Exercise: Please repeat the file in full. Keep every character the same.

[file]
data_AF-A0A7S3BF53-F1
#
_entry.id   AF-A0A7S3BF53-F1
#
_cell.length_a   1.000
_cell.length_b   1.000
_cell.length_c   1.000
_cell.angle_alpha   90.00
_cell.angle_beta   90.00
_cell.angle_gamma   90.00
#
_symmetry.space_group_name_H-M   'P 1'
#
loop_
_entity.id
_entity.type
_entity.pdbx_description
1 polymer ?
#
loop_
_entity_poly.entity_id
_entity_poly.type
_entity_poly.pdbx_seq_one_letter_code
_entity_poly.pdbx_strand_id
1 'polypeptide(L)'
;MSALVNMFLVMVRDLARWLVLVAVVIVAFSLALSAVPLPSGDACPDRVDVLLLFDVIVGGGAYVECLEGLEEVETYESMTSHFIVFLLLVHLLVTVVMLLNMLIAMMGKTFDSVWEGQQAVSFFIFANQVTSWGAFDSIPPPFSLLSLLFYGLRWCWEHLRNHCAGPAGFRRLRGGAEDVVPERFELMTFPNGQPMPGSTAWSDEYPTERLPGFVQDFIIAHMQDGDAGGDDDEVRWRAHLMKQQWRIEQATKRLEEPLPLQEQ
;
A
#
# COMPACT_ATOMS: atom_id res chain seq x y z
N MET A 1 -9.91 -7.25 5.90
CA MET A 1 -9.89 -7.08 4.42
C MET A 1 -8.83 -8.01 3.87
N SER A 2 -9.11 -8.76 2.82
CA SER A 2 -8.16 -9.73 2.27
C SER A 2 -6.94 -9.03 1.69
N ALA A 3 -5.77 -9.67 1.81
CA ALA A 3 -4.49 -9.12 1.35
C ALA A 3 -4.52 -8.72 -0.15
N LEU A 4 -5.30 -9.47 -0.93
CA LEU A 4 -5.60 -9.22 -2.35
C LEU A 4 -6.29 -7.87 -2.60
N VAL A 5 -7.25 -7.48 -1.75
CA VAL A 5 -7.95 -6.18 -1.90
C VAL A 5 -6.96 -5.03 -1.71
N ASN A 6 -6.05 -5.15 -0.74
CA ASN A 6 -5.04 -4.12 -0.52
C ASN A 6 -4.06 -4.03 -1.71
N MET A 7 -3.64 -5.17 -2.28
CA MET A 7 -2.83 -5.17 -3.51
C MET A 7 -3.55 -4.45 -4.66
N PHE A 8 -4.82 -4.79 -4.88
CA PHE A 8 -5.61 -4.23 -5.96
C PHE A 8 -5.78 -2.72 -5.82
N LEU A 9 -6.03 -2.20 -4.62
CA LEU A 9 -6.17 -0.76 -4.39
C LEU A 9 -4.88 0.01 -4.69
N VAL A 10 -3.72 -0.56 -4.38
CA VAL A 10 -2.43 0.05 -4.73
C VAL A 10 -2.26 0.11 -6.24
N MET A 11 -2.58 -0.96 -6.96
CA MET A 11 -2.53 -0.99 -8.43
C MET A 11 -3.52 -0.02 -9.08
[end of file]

data_AF-A0A7S3BF53-F1
#
_entry.id   AF-A0A7S3BF53-F1
#
_cell.length_a   1.000
_cell.length_b   1.000
_cell.length_c   1.000
_cell.angle_alpha   90.00
_cell.angle_beta   90.00
_cell.angle_gamma   90.00
#
_symmetry.space_group_name_H-M   'P 1'
#
loop_
_entity.id
_entity.type
_entity.pdbx_description
1 polymer ?
#
loop_
_entity_poly.entity_id
_entity_poly.type
_entity_poly.pdbx_seq_one_letter_code
_entity_poly.pdbx_strand_id
1 'polypeptide(L)'
;MSALVNMFLVMVRDLARWLVLVAVVIVAFSLALSAVPLPSGDACPDRVDVLLLFDVIVGGGAYVECLEGLEEVETYESMTSHFIVFLLLVHLLVTVVMLLNMLIAMMGKTFDSVWEGQQAVSFFIFANQVTSWGAFDSIPPPFSLLSLLFYGLRWCWEHLRNHCAGPAGFRRLRGGAEDVVPERFELMTFPNGQPMPGSTAWSDEYPTERLPGFVQDFIIAHMQDGDAGGDDDEVRWRAHLMKQQWRIEQATKRLEEPLPLQEQ
;
A
#
# COMPACT_ATOMS: atom_id res chain seq x y z
N MET A 1 -9.91 -7.25 5.90
CA MET A 1 -9.89 -7.08 4.42
C MET A 1 -8.83 -8.01 3.87
N SER A 2 -9.11 -8.76 2.82
CA SER A 2 -8.16 -9.73 2.27
C SER A 2 -6.94 -9.03 1.69
N ALA A 3 -5.77 -9.67 1.81
CA ALA A 3 -4.49 -9.12 1.35
C ALA A 3 -4.52 -8.72 -0.15
N LEU A 4 -5.30 -9.47 -0.93
CA LEU A 4 -5.60 -9.22 -2.35
C LEU A 4 -6.29 -7.87 -2.60
N VAL A 5 -7.25 -7.48 -1.75
CA VAL A 5 -7.95 -6.18 -1.90
C VAL A 5 -6.96 -5.03 -1.71
N ASN A 6 -6.05 -5.15 -0.74
CA ASN A 6 -5.04 -4.12 -0.52
C ASN A 6 -4.06 -4.03 -1.71
N MET A 7 -3.64 -5.17 -2.28
CA MET A 7 -2.83 -5.17 -3.51
C MET A 7 -3.55 -4.45 -4.66
N PHE A 8 -4.82 -4.79 -4.88
CA PHE A 8 -5.61 -4.23 -5.96
C PHE A 8 -5.78 -2.72 -5.82
N LEU A 9 -6.03 -2.20 -4.62
CA LEU A 9 -6.17 -0.76 -4.39
C LEU A 9 -4.88 0.01 -4.69
N VAL A 10 -3.72 -0.56 -4.38
CA VAL A 10 -2.43 0.05 -4.73
C VAL A 10 -2.26 0.11 -6.24
N MET A 11 -2.58 -0.96 -6.96
CA MET A 11 -2.53 -0.99 -8.43
C MET A 11 -3.52 -0.02 -9.08